App.net Debuts Crowdfunding Platform for Bitcoin

Pete Rizzo
Jan 27, 2014 at 12:32 UTC
Updated Jan 27, 2014 at 13:10 UTC

Social application network App.net has announced a new platform, Backer, that will allow software companies to raise funding for new features using bitcoin.

Developers can accept payments for projects via credit card, bitcoin or both. Additionally, open-source projects can use the site fee-free.

App.net sees Backer as a way to allow companies to invest in new services (inlcuding bitcoin acceptance) without financial risk, by having customers contribute to the cost of their development.

The feature marks the latest release for App.net, which offers a variety of applications – from microblogging clients to photo sharing services – which, unlike major alternatives, are run by subscription payments, not advertisements.

App.net’s bitcoin experiment

The idea for Backer was born when App.net asked customers if they would pay in bitcoin for its services. Before taking the leap, however, App.net was unable to find any crowdfunding tools that would allow a software business to raise funds for a feature like this.

Rival platform Kickstarter, for example, prohibits software projects in its guidelines.

bitcoin, app.net

Sensing a gap in the market, App.net’s founder Dalton Caldwell said the company decided to build the platform to service others who are being underserved by existing alternatives.

“The impetus for us building and launching this now was that we were trying to figure out whether or not to accept bitcoin for App.net subscriptions, and every single other startup founder I asked said they were wondering the same thing. If you survey the current tools available, there are none that would work for this. When I asked other founders if they would use something like Backer to decide whether or not they should accept Bitcoin they said ‘yes’.”

App.net’s proposal

Under App.net’s proposal, a one-year subscription to its service would cost 0.036 BTC ($31.56 at press time); a yearly developer account subscription would cost 0.1 BTC ($87.65); and a bundle of 10 member accounts could cost 0.3 BTC ($263.31).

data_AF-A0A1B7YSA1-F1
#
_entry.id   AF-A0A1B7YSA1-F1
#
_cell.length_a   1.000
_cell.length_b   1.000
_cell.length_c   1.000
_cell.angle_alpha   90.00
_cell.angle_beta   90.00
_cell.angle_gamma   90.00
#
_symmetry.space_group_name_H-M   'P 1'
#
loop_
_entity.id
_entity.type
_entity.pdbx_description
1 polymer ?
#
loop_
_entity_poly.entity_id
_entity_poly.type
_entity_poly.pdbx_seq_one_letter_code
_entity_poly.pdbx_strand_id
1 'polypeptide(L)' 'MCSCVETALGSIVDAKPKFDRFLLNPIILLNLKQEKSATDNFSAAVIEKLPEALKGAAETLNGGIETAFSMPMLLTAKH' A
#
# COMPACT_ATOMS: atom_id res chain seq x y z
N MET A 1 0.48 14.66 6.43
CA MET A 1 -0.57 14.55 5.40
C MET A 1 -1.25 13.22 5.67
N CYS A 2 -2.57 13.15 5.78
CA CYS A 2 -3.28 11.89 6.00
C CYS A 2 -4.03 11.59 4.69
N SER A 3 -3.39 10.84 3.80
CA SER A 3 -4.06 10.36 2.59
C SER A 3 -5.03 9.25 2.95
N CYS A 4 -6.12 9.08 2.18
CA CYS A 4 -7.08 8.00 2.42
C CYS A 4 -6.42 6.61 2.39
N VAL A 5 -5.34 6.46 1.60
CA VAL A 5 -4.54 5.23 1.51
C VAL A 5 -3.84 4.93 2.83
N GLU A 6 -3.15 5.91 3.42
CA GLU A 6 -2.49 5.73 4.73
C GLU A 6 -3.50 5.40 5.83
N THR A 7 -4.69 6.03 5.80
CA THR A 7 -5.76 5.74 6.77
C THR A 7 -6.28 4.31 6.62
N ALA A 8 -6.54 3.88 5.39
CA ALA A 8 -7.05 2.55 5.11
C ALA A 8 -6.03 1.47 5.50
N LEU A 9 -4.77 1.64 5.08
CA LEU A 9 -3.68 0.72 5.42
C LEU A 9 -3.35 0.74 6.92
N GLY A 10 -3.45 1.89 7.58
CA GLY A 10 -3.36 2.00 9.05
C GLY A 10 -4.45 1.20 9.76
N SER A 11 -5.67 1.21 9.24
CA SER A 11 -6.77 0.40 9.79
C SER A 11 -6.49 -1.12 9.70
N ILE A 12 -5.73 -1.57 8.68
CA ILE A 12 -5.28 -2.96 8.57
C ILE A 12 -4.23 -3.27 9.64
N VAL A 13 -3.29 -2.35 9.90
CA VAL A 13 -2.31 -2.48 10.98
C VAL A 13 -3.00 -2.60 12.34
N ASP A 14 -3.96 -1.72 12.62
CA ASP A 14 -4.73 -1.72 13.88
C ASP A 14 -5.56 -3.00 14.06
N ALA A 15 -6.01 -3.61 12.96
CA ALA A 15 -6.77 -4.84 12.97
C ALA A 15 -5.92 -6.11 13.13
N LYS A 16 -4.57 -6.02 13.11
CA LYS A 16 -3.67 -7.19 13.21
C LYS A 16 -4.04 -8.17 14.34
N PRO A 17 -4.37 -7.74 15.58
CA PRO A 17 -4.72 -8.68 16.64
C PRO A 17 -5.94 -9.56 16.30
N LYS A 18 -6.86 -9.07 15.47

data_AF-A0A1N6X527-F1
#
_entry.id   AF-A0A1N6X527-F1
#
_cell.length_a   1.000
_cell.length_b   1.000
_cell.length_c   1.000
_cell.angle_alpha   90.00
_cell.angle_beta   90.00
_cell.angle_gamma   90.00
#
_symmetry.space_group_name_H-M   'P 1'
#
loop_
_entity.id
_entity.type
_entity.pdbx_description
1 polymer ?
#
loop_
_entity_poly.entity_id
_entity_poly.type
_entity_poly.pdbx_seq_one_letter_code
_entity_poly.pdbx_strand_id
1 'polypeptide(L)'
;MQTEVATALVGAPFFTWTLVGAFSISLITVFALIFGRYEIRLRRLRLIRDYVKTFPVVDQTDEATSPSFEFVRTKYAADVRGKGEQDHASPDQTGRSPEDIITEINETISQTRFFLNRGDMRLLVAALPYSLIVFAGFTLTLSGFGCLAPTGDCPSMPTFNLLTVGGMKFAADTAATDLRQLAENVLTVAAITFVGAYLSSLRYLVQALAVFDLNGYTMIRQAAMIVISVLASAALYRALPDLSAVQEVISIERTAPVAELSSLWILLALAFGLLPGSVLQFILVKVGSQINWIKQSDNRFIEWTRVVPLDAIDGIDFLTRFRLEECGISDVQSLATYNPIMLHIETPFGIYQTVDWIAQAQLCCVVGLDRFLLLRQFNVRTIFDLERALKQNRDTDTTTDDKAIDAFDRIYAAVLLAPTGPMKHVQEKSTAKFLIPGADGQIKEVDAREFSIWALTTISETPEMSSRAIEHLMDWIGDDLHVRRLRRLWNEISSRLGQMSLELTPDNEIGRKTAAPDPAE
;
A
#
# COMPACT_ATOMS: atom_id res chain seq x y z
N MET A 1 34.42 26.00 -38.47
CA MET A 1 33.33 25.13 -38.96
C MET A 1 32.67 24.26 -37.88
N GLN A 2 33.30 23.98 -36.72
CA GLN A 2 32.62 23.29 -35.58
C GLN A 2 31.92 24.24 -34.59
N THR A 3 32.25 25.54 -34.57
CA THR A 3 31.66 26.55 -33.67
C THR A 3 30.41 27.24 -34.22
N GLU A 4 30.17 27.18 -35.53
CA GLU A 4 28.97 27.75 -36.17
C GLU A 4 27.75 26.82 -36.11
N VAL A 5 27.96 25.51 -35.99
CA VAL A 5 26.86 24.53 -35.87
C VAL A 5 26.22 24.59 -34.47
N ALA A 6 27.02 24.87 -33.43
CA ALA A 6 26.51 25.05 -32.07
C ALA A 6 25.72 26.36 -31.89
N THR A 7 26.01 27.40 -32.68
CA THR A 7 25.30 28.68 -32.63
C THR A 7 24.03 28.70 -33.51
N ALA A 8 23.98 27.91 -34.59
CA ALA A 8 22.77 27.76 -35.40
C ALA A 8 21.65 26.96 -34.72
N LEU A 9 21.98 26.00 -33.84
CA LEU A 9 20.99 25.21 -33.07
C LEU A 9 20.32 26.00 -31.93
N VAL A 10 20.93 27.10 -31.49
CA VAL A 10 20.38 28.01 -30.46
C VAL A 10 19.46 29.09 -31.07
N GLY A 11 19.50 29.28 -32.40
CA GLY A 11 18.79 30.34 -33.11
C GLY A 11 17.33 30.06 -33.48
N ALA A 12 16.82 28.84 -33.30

Should the crowdfunding campaign raise 40 BTC ($35,099), App.net pledges that it will add the option for developers to receive payments from App.net in bitcoin.

“If App.net is able to reach this goal, we will have an incentive to hold the bitcoin we receive from subscription fees to pay out Developer Incentive Program payments, rather than immediately converting the bitcoin we receive back to USD. This means that a portion of our business will run directly using bitcoin,” the company wrote.

With 25 days remaining, that crowdfunding campaign has raised 5.6 BTC toward its 10 BTC goal.

Bitcoin crowdfunding

App.net, however, is not the first crowdfunding platform to accept bitcoin. Last October, Australia-based Pozible announced its decision to accept bitcoin in order to capitalize on the low costs of virtual currency transactions. Similarly, the Argentina-based site Idea.me started a bitcoin funding platform for art, music and retail projects back in December.

Of course, the burgeoning space also includes more bitcoin-specific crowdfunding platforms. CoinFunder was launched in March with the goal to allow users to post projects and bounties that could be funded by communities. BitcoinStarter followed soon after in April, though it has received criticism for its model.

While novel, bitcoin crowdfunding services still face an uncertain regulatory environment, one made all the more murky by the lack of legal clarifications for crowdfunding services.

For more on the challenges these busineses face, read our full report here.

Piggy Bank Image via Shutterstock

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